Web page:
Maybe gambling should be treated like any other addictive substance. Researchers have found that the same antidepressants typically used to combat addictions to alcohol and drugs can help people who have a compulsion to gamble themselves into poverty.
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That report is one of the highlights of this week's science conference at the Westin Diplomat in Hollywood. The annual meeting of the American College of Neuropsychopharmacology wraps up today.
After the jump, more on the research about gambling addiction.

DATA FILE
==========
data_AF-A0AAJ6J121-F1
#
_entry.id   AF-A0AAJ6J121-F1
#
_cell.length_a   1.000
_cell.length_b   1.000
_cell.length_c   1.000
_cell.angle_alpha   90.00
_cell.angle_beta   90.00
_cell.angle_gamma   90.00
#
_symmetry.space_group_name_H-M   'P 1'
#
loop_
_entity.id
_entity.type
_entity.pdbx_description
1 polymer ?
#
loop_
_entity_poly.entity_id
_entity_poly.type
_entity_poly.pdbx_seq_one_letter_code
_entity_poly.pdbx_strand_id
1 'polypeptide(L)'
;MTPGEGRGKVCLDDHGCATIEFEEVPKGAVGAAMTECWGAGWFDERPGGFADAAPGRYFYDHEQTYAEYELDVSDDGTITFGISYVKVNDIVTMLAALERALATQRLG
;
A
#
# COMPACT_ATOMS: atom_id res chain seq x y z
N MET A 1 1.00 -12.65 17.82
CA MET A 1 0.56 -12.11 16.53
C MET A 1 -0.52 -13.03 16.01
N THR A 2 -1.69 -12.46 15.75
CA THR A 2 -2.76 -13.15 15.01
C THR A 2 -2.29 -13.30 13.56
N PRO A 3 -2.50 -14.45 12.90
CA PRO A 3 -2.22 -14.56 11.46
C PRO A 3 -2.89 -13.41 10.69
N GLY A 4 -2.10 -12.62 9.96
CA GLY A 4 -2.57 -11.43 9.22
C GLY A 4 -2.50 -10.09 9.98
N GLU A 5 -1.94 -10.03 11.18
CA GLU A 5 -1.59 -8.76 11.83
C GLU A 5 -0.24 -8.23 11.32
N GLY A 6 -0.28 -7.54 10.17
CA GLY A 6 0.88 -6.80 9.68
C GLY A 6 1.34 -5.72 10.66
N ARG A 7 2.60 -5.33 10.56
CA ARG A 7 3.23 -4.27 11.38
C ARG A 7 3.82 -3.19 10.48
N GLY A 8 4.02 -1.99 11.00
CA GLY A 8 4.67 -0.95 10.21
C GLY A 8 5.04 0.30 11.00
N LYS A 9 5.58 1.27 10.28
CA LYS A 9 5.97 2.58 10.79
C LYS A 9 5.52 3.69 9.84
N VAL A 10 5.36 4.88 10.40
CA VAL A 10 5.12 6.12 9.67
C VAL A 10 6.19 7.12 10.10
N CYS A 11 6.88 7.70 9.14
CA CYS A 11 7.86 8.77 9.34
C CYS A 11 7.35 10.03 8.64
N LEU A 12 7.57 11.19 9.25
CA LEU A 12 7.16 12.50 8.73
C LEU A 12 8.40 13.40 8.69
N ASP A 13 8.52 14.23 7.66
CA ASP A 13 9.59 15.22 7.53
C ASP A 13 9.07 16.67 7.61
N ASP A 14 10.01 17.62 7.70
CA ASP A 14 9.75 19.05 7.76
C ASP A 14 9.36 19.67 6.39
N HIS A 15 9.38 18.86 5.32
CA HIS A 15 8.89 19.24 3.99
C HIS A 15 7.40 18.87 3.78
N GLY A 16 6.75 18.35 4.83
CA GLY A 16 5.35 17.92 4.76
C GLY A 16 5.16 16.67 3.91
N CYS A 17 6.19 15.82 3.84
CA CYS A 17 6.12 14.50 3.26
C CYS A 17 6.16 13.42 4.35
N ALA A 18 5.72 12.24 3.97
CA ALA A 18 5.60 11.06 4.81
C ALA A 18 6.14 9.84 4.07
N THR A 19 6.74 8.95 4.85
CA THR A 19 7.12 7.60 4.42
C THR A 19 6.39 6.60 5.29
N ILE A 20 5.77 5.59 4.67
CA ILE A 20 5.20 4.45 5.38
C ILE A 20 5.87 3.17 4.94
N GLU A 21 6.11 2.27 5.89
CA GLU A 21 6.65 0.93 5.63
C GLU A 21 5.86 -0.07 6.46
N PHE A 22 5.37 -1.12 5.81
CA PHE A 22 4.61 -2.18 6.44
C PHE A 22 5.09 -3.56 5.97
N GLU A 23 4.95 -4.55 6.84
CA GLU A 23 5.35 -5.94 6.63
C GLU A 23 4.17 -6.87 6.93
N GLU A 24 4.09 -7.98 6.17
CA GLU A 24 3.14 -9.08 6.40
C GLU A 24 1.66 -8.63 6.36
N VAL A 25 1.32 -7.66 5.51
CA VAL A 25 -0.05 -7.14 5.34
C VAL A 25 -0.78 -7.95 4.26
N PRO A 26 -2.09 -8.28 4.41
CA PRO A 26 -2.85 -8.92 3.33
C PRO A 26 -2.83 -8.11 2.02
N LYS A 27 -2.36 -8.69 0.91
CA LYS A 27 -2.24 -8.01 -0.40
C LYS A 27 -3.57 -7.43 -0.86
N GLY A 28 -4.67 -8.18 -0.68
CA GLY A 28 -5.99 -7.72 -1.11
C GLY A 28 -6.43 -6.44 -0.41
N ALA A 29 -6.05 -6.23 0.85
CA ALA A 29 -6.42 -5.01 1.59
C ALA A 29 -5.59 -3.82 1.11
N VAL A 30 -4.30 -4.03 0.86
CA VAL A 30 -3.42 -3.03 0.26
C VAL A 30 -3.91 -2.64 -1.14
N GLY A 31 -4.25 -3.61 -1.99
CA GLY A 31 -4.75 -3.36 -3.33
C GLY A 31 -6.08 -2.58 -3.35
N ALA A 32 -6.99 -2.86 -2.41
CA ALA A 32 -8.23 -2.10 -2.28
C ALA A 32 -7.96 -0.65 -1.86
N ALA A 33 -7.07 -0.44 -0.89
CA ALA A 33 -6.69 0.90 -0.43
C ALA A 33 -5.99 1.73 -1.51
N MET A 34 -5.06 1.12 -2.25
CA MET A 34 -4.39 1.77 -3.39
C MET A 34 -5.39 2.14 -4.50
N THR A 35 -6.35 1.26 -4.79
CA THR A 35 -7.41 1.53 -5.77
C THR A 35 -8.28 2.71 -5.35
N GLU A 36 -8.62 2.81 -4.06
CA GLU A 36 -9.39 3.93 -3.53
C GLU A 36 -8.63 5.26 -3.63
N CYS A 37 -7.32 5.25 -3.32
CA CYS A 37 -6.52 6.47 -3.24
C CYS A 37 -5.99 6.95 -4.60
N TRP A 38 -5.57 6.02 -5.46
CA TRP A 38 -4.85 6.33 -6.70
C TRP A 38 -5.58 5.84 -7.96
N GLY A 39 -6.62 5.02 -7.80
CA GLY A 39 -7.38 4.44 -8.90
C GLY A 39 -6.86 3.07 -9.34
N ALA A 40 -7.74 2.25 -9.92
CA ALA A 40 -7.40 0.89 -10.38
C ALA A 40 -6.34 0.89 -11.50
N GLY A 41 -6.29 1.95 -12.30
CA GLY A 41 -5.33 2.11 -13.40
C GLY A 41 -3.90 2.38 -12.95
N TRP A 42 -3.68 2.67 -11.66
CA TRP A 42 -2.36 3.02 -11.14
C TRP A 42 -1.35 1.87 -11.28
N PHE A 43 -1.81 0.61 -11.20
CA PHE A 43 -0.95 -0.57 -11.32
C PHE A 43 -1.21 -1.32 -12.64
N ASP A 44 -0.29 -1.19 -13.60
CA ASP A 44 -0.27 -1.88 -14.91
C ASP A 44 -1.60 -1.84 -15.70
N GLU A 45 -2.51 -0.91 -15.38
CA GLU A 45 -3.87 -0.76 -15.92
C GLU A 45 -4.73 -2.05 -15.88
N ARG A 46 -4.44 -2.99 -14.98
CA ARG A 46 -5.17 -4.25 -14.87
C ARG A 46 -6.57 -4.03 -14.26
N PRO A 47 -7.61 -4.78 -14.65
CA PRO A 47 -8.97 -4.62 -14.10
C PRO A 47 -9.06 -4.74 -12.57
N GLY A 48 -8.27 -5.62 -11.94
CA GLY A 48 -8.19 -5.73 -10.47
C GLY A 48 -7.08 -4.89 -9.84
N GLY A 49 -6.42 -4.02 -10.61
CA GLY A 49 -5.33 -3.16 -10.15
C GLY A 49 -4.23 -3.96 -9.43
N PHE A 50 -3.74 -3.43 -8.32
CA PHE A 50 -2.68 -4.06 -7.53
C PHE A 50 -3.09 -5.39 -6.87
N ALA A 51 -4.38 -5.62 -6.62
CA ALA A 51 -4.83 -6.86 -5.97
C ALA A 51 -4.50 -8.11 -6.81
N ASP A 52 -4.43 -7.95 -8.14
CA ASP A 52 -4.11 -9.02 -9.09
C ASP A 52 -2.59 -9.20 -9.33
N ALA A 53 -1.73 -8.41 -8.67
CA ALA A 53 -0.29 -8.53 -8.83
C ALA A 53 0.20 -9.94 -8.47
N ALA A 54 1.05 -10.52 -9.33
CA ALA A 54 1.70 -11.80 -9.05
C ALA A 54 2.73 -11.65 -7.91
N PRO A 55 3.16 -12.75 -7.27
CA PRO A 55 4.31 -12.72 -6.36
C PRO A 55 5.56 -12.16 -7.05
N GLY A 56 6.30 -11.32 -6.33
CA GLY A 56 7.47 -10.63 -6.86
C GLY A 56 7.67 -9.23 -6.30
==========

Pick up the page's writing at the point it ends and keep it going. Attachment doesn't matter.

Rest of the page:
The researchers divided a group of compulsive gamblers into two groups, according to the severity of the participant's condition. They then tested for reactions to a variety of antidepressants. From a release posted at Drugs.com:
The first group -- those driven by urge -- responded well to medications that block the brain opioid system (such as naltrexone) or certain receptors for the neurotransmitter glutamate (such as memantine). Gamblers with a family history of the problem responded especially well to the opioid blocker, the study found.
The second group -- those unable to control any impulse to gamble -- responded well to medications that target an enzyme called catechol-O-methyl-transferase (COMT), which plays a major role in the function of the prefrontal cortex.